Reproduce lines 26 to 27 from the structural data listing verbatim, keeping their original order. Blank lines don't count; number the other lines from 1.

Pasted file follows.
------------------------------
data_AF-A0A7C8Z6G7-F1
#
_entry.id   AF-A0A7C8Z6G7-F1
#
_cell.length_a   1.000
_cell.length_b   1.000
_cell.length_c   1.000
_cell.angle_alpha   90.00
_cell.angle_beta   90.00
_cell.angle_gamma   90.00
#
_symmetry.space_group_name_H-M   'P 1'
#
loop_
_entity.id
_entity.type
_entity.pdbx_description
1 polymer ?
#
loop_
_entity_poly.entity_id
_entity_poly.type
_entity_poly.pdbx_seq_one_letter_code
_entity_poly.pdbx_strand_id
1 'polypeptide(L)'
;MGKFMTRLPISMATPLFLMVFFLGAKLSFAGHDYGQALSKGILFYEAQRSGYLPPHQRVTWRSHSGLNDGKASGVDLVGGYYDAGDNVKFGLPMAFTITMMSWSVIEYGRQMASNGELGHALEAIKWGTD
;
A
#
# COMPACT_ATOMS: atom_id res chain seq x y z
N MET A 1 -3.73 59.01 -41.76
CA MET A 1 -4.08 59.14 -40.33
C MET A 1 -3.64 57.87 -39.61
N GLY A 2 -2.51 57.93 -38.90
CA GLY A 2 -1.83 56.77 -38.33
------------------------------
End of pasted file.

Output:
;MGKFMTRLPISMATPLFLMVFFLGAKLSFAGHDYGQALSKGILFYEAQRSGYLPPHQRVTWRSHSGLNDGKASGVDLVGGYYDAGDNVKFGLPMAFTITMMSWSVIEYGRQMASNGELGHALEAIKWGTD
;